So us women were lured into supporting Obamacare (aka the 2010 Affordable Health Care Act) for the promise of increased coverage of women’s health issues. We get free birth control now, as well as well-woman visits and increased funding for mammograms and a host of other preventative health care measures. Yay! That means more money in our pockets and an affirmation that since we do go through a little bit more on the health side (especially related to fertility) than the opposite sex, and that we’re also responsible for the continuation of the species, that we deserve to at least not have to spend our $.72 cash earned on the man’s $1 on making sure we can do that in a healthy manner.
So great, now we get more recognition for being valued by society as productive individuals with a voice and a contribution to make. We put off building a family for becoming better educated, earning more, starting a career, etc., with the help of all this birth control. Then we try to start a family – once we’re financially secure – and find out that we can’t. Where do we turn to for health? Surely Obamacare has thought of this caveat of women’s independence.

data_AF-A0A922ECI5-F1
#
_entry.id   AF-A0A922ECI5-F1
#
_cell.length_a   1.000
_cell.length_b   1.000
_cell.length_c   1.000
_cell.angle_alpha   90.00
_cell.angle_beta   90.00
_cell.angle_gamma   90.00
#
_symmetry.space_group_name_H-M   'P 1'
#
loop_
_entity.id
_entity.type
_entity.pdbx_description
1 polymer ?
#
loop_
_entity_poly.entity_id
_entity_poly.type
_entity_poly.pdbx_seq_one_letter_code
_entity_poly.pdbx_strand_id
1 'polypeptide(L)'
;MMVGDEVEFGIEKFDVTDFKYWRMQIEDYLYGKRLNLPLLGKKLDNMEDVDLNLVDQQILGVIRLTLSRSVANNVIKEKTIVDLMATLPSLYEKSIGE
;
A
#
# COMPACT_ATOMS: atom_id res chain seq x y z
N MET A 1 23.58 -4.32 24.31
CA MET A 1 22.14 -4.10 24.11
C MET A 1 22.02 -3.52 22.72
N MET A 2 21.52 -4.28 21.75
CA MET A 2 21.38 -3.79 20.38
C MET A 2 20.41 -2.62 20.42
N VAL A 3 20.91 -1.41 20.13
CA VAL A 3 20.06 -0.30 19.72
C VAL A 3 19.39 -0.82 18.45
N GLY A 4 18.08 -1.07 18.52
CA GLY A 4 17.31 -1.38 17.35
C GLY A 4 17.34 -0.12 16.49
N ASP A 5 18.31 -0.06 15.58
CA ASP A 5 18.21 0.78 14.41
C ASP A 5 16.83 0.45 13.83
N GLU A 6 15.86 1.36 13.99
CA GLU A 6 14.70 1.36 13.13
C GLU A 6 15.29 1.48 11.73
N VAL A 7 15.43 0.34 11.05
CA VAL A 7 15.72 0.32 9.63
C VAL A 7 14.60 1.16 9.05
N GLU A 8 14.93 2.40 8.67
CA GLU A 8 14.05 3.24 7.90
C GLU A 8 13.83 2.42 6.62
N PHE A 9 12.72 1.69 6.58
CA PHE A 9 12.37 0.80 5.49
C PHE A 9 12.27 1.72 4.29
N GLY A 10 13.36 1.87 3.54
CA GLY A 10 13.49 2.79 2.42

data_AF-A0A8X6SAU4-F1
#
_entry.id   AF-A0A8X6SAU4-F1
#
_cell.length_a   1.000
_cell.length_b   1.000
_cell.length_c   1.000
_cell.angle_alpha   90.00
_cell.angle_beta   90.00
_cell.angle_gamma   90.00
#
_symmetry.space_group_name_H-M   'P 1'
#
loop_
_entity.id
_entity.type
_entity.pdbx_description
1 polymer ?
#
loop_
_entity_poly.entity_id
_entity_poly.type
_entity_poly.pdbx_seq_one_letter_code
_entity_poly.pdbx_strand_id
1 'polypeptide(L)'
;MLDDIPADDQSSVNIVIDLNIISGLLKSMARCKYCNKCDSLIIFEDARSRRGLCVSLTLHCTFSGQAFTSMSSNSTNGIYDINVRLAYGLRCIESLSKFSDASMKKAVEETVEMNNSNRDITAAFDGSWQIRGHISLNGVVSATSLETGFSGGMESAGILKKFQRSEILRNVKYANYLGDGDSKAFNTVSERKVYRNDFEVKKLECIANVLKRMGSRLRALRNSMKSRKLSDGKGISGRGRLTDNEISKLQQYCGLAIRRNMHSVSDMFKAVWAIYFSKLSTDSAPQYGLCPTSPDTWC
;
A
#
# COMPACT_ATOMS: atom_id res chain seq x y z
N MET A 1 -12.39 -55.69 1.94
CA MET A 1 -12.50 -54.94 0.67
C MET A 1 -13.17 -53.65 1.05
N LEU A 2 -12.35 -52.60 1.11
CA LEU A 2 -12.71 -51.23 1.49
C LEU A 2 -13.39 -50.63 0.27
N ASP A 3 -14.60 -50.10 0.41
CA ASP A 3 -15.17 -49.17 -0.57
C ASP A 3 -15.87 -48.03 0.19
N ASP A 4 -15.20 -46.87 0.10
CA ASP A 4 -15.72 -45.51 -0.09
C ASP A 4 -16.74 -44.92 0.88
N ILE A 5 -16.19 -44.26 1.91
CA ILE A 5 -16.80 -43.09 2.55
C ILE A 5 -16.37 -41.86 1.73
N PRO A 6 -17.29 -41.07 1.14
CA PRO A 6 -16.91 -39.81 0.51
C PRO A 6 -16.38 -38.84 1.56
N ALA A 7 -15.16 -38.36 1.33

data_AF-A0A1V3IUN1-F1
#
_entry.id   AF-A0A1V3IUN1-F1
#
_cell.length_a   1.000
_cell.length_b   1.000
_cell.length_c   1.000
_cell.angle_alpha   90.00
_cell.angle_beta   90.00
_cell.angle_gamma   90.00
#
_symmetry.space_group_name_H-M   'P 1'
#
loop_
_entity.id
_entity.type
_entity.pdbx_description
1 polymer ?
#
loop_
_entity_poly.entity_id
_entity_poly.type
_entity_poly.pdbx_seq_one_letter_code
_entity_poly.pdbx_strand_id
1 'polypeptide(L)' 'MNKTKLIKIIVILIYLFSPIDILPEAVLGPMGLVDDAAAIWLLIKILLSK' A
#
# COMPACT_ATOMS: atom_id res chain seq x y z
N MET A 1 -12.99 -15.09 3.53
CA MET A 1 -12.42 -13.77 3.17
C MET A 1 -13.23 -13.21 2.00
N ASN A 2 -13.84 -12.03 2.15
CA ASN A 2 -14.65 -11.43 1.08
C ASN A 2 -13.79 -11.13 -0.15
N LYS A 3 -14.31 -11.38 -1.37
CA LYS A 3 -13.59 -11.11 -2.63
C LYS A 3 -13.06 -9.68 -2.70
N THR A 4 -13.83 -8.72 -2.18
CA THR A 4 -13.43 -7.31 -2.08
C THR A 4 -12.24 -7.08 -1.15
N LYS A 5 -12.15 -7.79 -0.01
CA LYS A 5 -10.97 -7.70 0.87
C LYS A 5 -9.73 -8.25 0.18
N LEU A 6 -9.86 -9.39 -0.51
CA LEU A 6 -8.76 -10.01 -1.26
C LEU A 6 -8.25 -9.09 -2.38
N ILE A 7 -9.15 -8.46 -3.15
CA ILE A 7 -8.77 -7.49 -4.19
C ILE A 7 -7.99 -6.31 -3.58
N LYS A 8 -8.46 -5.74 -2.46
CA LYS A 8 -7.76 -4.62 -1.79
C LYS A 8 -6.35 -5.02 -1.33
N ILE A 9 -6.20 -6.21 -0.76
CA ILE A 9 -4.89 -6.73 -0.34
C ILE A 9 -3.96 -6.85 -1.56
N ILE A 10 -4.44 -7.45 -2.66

Well… no. Sorry ladies, there’s no provision in the President’s health care package that specifically covers any kind of assisted reproductive technologies or treatments. There’s also no provision that outlaws it, either – so I guess no news is better than bad news.
In the meantime, here’s the good news:
- There are currently 15 states which mandate that insurance companies provide some kind of coverage for infertility treatments: California, New York, Texas, Massachusetts, Illinois, Ohio, Connecticut, Georgia, Hawaii, Arkansas, Maryland, Montana, New Mexico, West Virginia and Rhode Island
- For the other 35 states, there may still be coverage provided depending on the individual insurance company – so ladies look into your insurance’s policies next time open enrollment comes around.
- A bill has been proposed in the US Senate to create a tax credit for out-of-pocket expenses related to infertility treatments: the Family Act of 2011. Although this doesn’t decrease the immediate burden of ART’s expensive price tag, it might provide the wiggle room for some couples to pursue avenues previously too prohibitive.
Of course, all of this good news has the potential to be wiped out with the passing of the Sanctity of Human Life Act, otherwise known as the “Personhood Bill.” More next post.
My sources consulted: